Celebrate National Bird Day, January 5, by bird watching in your own backyard and learning about RGV bird species.

Gather materials:

  • 5 empty pieces of copy paper OR printed Backyard Bird Guide
  • Pencil and eraser
  • Colored pencils

In 2002, Born Free USA, a non-profit focused on wildlife conservation, activism and education, in collaboration with the Avian Welfare Coalition, launched the first annual National Bird Day to promote awareness of birds every January 5th. Many nature and bird lovers observe National Bird Day. You can also celebrate by bird watching in your own backyard!

The Rio Grande Valley of South Texas is a special place because of its large variety of birds species. Over 500 different bird species live in just the five counties of Willacy, Starr, Hidalgo, and Cameron. A species is a group of similar organisms that are able to reproduce. For example, a species of birds that is local to the Rio Grande Valley is the green jay.

The Rio Grande Valley has a subtropical climate. Climate is the overall weather conditions of a place. This is different from weather, which is the daytoday changes in our atmosphere. A subtropical climate is a climate that less rain than a tropical rainforest, yet more rain than a desert. This unique climate allows a large diversity of life to thrive in the Rio Grande Valley.

People watch and observe birds for many reasons. Many scientists keep a count over the years of the birds they have seen for scientific research, others just really enjoy watching them for recreation. By keeping a tally of the birds you see in your backyard, you will engage in observation of the environment around you, and get to know it better, and the communities of birds that live in your area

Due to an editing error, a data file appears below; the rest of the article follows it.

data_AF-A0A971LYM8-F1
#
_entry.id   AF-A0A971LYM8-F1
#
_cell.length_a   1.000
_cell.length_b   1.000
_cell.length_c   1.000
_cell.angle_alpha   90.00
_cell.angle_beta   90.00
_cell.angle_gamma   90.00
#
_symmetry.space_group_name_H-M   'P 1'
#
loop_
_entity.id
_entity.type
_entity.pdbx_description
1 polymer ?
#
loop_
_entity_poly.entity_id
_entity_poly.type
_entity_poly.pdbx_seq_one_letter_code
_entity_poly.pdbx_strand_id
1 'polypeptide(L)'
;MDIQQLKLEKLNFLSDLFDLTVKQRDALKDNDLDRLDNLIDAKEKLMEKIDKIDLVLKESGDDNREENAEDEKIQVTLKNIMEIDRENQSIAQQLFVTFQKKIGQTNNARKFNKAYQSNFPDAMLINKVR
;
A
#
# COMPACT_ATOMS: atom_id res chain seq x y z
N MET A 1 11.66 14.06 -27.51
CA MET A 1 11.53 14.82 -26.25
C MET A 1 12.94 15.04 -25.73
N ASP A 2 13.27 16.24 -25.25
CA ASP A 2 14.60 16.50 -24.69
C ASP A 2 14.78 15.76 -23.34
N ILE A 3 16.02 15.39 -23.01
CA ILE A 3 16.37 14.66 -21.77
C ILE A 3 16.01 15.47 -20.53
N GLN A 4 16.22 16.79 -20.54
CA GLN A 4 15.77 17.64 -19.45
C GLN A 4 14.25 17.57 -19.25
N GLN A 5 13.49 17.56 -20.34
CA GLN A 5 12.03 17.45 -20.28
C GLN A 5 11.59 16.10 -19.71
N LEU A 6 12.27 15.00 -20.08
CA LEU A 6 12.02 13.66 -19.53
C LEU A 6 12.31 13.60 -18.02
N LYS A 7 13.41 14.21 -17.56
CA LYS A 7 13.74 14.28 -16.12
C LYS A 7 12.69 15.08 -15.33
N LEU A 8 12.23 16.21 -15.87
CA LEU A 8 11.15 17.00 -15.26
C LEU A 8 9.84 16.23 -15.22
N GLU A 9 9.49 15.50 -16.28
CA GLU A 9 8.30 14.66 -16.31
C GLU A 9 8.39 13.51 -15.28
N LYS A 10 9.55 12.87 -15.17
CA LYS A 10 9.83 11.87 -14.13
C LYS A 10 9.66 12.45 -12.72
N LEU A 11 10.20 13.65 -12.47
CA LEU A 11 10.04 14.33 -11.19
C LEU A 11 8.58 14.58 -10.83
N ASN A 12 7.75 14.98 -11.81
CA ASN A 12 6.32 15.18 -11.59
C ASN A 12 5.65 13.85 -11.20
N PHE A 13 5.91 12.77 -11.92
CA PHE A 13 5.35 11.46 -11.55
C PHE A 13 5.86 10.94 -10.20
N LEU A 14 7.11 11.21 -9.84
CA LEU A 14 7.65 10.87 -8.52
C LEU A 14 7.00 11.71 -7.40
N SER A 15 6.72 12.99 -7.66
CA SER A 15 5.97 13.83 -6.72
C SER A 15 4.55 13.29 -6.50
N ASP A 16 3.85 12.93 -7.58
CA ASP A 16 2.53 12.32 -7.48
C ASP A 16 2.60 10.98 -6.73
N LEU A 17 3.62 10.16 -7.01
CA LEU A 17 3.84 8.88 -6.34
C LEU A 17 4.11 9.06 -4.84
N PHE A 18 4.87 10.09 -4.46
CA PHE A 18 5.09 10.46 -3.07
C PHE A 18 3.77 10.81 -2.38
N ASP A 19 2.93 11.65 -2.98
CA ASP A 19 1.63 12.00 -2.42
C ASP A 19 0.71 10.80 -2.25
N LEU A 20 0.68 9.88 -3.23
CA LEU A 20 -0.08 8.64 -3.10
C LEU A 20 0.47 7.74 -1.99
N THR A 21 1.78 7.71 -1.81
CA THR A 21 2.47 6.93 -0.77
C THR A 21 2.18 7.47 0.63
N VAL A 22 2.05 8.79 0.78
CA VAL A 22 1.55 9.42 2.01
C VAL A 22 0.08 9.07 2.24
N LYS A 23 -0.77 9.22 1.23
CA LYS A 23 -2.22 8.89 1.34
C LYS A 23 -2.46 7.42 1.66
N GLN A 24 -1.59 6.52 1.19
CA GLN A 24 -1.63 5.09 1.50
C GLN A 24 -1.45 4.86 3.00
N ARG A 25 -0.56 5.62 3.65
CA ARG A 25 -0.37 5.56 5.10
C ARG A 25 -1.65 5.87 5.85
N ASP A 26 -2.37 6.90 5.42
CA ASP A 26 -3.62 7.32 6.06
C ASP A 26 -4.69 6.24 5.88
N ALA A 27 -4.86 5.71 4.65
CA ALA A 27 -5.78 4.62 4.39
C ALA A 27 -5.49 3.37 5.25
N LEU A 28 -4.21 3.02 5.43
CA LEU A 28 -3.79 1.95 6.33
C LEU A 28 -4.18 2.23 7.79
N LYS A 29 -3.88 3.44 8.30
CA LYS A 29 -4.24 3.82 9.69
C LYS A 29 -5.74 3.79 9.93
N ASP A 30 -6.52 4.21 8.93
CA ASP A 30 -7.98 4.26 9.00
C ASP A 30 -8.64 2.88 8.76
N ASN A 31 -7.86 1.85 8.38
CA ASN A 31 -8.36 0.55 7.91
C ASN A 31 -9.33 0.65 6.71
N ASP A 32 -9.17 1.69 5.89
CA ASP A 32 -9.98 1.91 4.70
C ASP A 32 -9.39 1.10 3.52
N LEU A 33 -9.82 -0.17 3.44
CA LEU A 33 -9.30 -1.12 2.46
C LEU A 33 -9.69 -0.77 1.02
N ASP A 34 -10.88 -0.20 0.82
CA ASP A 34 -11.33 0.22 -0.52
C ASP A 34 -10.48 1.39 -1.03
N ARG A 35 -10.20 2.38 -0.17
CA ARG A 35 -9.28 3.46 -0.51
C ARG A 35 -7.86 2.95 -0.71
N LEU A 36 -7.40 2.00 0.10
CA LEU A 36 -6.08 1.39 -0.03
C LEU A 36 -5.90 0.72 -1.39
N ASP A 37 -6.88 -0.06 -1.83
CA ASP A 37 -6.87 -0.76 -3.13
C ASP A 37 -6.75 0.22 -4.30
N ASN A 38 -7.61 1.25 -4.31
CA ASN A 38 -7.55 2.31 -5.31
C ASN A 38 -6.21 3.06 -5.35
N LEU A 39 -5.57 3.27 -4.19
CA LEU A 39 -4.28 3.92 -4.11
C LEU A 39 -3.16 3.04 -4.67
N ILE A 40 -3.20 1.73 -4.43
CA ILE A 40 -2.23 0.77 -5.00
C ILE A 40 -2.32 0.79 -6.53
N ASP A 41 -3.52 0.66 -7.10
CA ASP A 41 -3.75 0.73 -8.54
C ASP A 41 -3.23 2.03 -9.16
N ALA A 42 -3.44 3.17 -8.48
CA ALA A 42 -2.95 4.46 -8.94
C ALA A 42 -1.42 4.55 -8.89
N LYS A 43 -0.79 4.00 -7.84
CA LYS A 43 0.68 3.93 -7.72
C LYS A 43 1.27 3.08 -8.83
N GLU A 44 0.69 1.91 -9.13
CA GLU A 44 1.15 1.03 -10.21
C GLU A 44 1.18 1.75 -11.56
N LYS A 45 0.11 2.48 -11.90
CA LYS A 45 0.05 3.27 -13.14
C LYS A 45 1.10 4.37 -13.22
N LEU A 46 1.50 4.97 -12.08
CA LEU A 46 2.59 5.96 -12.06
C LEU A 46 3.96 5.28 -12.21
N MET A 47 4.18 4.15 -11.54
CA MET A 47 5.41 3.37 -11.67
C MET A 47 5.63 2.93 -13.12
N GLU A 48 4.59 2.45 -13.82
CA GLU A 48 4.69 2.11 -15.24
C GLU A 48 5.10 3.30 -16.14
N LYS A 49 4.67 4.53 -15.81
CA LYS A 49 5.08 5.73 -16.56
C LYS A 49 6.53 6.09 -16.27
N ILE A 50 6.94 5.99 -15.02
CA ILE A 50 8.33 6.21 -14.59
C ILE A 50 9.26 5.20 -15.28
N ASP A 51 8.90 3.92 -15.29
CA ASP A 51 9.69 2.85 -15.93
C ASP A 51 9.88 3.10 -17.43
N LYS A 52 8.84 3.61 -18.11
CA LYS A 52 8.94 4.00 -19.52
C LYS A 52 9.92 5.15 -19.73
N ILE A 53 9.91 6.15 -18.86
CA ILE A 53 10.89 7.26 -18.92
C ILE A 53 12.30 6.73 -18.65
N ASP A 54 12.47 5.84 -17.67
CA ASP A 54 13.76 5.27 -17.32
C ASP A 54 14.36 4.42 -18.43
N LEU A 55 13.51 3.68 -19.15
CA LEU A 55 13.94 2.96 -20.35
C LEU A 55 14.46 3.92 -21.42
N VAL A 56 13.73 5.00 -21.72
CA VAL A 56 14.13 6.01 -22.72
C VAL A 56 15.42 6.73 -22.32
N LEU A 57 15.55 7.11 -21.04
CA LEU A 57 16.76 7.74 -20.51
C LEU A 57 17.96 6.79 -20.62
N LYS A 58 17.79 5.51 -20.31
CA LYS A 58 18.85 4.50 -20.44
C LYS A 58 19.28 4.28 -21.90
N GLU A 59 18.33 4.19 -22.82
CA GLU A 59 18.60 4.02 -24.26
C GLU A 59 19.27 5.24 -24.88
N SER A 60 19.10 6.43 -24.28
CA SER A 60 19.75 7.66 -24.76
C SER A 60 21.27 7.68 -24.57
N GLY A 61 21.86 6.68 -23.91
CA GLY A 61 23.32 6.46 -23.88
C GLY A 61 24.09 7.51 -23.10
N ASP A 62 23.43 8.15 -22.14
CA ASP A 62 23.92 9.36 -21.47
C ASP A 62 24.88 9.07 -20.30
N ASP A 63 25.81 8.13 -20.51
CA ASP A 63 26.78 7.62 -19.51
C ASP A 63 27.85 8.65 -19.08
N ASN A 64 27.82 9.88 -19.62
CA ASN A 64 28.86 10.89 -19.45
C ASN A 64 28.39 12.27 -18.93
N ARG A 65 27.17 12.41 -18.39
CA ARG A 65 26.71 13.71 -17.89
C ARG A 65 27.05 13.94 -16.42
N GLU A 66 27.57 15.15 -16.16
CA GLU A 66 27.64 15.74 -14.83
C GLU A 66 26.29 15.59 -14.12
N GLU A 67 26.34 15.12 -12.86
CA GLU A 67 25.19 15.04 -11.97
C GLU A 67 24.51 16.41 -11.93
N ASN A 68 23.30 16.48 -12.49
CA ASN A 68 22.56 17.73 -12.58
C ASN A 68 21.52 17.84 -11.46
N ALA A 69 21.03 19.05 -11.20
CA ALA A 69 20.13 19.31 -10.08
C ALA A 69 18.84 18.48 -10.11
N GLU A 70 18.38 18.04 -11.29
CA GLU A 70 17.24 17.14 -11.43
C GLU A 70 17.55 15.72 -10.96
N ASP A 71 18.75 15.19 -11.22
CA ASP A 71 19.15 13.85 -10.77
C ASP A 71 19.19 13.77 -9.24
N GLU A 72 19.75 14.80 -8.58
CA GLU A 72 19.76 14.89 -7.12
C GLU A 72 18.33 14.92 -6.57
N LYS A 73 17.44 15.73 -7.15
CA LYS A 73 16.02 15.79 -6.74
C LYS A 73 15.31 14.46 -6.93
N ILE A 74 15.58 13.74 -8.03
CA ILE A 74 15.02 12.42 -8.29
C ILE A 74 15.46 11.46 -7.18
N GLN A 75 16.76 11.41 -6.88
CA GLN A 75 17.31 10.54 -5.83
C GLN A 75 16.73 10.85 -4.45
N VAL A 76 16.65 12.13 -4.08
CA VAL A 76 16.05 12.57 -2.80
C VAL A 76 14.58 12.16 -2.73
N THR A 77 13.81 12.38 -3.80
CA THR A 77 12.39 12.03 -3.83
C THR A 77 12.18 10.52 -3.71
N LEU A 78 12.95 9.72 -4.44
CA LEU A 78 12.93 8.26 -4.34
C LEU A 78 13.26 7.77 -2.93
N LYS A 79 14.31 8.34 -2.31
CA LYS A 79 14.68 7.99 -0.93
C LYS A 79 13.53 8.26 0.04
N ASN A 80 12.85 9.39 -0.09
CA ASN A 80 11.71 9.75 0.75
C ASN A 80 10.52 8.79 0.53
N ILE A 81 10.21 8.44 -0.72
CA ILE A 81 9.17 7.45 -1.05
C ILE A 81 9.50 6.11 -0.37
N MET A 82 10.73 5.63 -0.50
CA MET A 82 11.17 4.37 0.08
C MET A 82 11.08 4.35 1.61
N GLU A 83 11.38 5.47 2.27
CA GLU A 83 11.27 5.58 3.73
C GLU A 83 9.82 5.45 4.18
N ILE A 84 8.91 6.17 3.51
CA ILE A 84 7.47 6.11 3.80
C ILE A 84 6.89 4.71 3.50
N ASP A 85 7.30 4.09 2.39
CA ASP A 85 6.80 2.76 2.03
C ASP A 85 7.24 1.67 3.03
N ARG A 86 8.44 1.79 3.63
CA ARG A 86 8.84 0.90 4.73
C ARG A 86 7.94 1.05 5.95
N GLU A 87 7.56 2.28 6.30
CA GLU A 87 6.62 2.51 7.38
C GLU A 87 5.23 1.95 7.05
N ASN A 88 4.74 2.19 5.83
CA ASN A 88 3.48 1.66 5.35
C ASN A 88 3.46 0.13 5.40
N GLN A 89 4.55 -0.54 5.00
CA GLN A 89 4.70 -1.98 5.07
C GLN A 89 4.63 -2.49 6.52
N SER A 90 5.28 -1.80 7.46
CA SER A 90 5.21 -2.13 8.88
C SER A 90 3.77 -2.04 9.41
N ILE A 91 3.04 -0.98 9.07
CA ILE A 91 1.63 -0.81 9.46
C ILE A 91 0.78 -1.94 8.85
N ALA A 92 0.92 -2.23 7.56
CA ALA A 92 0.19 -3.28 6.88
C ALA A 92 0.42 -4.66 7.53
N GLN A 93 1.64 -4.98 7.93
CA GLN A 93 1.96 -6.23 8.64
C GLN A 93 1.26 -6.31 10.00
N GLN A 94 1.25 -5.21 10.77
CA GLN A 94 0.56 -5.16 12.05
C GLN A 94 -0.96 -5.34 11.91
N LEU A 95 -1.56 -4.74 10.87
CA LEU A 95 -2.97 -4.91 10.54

Backyard Bird Log

Activity Procedure

1) Find a window in your home that looks into your backyard. You may get some birds in a front yard but not as many since most birds do not like the noise from traffic.

2) Divide your paper in 4 parts. You can fold your paper to help you find straight lines.

3) The top-left quarter will be for your sketch of what you see.

4) The top-right quarter will be your notes of what you see.

5) The bottom-left quarter will be where you can research what the bird you saw is, and any other information you can find, including what it eats, a map of its range. You can ask a parent or a teacher, or look online. A great place to look for help identifying birds is https://www.allaboutbirds.org/guide/search by the Cornell Lab of Ornithology.

6) Finally, the bottom-right corner will be where you can keep a tally of how many times you’ve see that bird in the future. See the template for an example.

7) Get out a pencil and find a comfortable spot to watch outside your window. Keep coming back to this spot on different days and different times to get a better idea of the birds that visit your backyard.

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